Where it gets a lot trickier is creating harmony with color, as Foster does so brilliantly in his sequence. It has a basis in the shapes of his forms -- the horizon line of both panels is almost exactly the same, which allows them a wonderful ease of interaction -- but the inspiration that powers the sky's transition from blue to orange above the constant green sea, that's poetic. A deviation from realism that makes the sequence just sing out. How do you get that? What should an artist have in mind to construct those kind of color intervals, that kind of harmony? It would be folly to reach for one definitive answer, but here's what I came up with.
We're going to be returning to this image a lot, so you should probably open a new tab on it. As most readers have probably not heard, I spend a good chunk of my non-comics time making music. I've also got synesthesia, which is a weird thing where sense impressions cause your brain to produce other, unrelated sense impressions. There are all different kinds based on which senses trigger which other ones -- I don't know what my kind is called, but I have different colors assigned to letters and numbers in my head and, relevant to the topic at hand, see colors when I hear music. Because of this, it's really easy for me to conceptualize color as music. It's made even easier by the fact that the western musical scale is based around seven root notes, A to G, and the color wheel is typically drawn as being based around six or seven dominant colors, the three primaries and the three secondaries. (The seventh color is usually "indigo", which is halfway between blue and purple. But given that comics weren't able to print either indigo or purple satisfactorily for most of their history, and that I don't really think indigo and blue create very different impressions on the page, I've subbed in pink as the seventh color -- because it's used more often, because it has more of an impact, and because I think its effect is usually pretty distinct from that of red or purple.) Now this is where we get into musical theory just a little bit, but if you don't know anything about the subject, it's all good. Here is an easy to use online keyboard with the notes clearly marked so you can "play along" with what I'm talking about.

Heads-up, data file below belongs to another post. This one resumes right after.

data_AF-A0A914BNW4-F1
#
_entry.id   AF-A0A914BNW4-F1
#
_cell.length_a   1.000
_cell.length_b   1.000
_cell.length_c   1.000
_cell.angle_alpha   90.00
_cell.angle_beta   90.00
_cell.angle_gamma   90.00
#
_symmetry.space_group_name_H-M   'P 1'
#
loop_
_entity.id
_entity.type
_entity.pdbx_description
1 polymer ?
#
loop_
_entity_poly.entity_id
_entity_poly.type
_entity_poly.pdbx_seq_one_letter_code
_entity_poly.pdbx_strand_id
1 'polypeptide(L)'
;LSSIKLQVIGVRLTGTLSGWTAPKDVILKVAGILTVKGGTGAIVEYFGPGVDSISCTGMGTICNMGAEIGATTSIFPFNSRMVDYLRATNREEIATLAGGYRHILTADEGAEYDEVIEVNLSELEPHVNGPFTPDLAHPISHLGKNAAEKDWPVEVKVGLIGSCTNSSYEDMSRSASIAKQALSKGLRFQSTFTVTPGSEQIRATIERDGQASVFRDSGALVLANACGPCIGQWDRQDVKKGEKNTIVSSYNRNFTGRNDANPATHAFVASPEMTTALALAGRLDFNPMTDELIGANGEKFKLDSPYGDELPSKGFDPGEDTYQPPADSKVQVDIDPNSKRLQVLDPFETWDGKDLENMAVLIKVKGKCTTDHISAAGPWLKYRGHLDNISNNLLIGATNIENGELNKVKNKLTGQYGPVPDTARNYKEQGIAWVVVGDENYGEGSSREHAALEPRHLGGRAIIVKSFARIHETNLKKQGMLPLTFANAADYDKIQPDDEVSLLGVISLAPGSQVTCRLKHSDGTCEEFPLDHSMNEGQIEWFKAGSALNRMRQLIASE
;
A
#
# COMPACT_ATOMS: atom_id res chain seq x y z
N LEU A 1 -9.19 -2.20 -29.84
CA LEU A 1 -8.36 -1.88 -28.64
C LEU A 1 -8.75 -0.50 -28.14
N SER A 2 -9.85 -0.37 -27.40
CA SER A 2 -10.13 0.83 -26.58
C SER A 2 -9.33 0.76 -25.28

I've assigned a musical note to each of the colors on the color wheel above. This is somewhat random, based on the peculiarities of what each tone makes me "see" and the color each letter "is" to me, but I think it works pretty logically. A, the "first" note, is red, the boldest and strongest of the colors. E, the note/chord that more guitar oriented songs are rooted in than any other, is blue, the most commonly occurring color in nature and hence the "root" color for the greatest amount of comics scenes. That makes C the third primary color, yellow. All together they form a basic piano chord shape, as well as the most basic expression of the full color spectrum. Move the chord up by removing the low A and playing a high G, and you have the another basic chord (the beginning of the C scale, which is typically the first thing piano players learn), and the basic range of the spectrum once again. The last thing I want to do is to suggest that these particular color-note combinations are set in stone, or even "better" than any other ones people could come up with. This works for me, but I suspect everyone might have a slightly different version of the color scale that works better for them. The main thing is to relate color to sound, to ground color theory in the solid basis of musical intervals, where it's quite easy to construct strategies based on how one wants an overall piece to "sound" or affect the reader.
Everything else I'm going to talk about is written on the color wheel image, but I thought I'd explain it a little further. There are all different ways to construct pleasing color combinations in comics. But musical theory provides a useful way into the at times overwhelming world of color, a few basic rules to use as a springboard into more advanced experimentation.